Resident Evil review: Netflix’s attempt to tidy up games and movies

Resident Evil can be just about anything. The long-running series, which began as a video game in 1996, has an elastic world that has successfully accommodated everything from zombies and sea monsters to secret agents and powerful psychics without ever caring too much about complex explanations. However, the biggest surprise of the new Netflix resident Evil series from creator Andrew Dabb (Supernatural) is its careful devotion to the show’s weird and often falsified canon – and how boring the show is as a result.

by Netflix resident Evil The series follows Jade Wesker (Ella Balinska) through two different time periods. The first is in 2022, when, at age 14 (this version played by Tamara Smart), she and her twin sister, Billie (Siena Agudong), and their father, Albert Wesker (Lance Reddick), one of the most important to the Resident Evil franchise, move to New Raccoon City for his continued work with the sleazy Umbrella Corporation. The show’s second period takes place in 2036, after the world has been overrun by zombies who first appeared in New Raccoon City…in 2022.

The earlier timeline is the one that works best for Resident Evil. At its most entertaining, it’s a simple Netflix teen series – some of the platform’s most enjoyable content, but never the best – with a few light horror elements thrown over the top. Reddick is great as an overworked genius dad who can’t get away from work long enough to parent, and teenage girls Jade and Billie are fun as sisters with very different personalities trying to fit in at a new school. .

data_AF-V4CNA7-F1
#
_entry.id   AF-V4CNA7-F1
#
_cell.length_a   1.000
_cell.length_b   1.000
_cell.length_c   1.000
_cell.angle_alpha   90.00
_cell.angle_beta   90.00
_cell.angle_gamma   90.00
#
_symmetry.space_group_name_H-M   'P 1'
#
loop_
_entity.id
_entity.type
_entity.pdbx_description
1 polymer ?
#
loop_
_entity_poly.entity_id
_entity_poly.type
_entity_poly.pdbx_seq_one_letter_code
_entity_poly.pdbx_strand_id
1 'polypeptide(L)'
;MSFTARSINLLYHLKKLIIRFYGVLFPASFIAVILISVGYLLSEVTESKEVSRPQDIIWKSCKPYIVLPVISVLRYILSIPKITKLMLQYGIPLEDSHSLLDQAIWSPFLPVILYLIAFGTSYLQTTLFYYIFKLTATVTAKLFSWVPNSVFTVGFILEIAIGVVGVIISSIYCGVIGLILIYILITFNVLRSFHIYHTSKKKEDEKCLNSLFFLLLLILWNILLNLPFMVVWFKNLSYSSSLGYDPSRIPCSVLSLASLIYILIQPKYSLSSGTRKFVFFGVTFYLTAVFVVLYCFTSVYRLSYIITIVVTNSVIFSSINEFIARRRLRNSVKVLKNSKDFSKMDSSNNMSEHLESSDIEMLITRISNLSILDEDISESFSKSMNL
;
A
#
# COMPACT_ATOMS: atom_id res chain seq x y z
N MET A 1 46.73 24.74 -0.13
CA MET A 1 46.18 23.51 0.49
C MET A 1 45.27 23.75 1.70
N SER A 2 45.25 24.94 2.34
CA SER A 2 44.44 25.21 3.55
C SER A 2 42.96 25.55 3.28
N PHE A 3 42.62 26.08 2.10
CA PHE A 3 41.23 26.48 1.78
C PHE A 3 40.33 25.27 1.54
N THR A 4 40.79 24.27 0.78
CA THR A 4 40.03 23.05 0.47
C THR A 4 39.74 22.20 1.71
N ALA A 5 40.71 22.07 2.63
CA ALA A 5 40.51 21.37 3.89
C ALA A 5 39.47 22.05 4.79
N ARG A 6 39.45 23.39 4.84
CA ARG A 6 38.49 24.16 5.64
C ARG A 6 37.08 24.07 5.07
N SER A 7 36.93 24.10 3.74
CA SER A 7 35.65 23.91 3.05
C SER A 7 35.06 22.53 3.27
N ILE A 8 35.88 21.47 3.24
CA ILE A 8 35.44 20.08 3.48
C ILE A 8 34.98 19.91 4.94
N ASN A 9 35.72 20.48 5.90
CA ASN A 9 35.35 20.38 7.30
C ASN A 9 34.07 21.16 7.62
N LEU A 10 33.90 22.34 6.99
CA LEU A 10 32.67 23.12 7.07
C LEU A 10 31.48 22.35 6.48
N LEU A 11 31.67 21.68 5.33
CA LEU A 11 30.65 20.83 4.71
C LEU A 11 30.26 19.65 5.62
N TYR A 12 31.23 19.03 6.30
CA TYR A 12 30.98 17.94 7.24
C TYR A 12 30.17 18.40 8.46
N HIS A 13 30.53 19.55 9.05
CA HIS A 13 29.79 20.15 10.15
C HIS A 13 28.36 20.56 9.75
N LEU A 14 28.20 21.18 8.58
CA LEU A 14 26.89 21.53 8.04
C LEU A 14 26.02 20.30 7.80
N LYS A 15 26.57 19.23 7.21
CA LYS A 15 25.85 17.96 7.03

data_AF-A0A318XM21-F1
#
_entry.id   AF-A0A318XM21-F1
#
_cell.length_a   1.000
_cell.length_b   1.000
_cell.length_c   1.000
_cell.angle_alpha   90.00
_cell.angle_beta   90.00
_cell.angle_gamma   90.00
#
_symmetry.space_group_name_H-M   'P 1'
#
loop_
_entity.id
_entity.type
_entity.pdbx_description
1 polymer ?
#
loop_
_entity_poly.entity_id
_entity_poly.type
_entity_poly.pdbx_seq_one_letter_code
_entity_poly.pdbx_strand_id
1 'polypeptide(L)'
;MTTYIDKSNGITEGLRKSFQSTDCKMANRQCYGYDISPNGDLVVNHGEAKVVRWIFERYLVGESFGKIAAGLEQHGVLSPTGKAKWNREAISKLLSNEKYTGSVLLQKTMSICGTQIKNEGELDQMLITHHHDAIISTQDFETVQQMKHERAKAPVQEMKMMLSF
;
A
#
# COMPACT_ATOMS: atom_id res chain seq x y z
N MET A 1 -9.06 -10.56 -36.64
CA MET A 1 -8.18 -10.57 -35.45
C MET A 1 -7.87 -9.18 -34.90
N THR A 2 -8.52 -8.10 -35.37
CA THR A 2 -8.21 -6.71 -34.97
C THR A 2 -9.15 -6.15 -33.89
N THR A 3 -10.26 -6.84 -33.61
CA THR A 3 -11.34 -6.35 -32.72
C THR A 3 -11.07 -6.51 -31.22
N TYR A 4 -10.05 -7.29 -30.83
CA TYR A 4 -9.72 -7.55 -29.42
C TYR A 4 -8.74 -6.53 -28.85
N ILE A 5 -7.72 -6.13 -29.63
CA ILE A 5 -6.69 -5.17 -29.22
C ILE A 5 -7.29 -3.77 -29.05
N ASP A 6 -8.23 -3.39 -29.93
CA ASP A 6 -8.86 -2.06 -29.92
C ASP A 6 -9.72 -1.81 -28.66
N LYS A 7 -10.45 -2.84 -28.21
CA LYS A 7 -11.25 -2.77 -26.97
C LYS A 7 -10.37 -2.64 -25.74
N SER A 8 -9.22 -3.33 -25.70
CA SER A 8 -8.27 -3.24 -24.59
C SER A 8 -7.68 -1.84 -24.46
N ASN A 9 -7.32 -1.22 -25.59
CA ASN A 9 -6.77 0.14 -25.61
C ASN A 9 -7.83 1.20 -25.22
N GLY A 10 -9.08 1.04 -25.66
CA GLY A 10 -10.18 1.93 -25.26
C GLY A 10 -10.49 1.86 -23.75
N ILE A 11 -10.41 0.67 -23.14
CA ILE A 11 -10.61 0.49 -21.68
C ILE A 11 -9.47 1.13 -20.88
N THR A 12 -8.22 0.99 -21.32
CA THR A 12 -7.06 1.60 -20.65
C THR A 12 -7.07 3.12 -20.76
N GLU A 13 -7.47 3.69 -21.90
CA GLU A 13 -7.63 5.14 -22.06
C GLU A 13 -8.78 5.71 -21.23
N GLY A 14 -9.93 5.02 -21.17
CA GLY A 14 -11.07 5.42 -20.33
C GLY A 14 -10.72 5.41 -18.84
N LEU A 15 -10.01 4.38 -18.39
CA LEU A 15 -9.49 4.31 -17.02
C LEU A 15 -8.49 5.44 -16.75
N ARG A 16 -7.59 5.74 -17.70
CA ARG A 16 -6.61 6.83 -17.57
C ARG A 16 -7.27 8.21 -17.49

One of the show’s best scenes comes early on when Albert has to bail Billie out after trouble at school. Reddick’s Wesker shows up, grants his power and importance to Umbrella, and terrifies the other parent into giving up on the issue altogether. Albert threatens to have the man not only fired from Umbrella, but also blacklisted to never work again, turning the tide of the meeting so completely that even the principal sits down to let him. his work. It’s all the bravado of the 90s video game that Wesker focused on dad mode, instead of the usual nefarious and diabolical storylines that game-Wesker invented. If this scene set the tone for the whole show, it could have been a fun offshoot and addition to the Resident Evil universe, but that’s more the exception than the rule.

Picture: Netflix

Jade lying on the ground but the view is turned so she is vertical

Picture: Netflix

An aerial view of Raccoon City

Picture: Netflix

Instead, the 2022 portion of the plot falls prey to the series’ race toward the inevitable outbreak, giving us less high school drama in favor of boring Umbrella shenanigans, especially since the premiere season continues. In the 2036 section of the story, things get a little weirder and a little worse for resident Evil. The world, we are told, is now occupied by 6 billion zombies and only a few hundred thousand humans. As Jade roams this world with Umbrella hot on her heels for reasons not fully explained, we get a brief tour of the postapocalypse.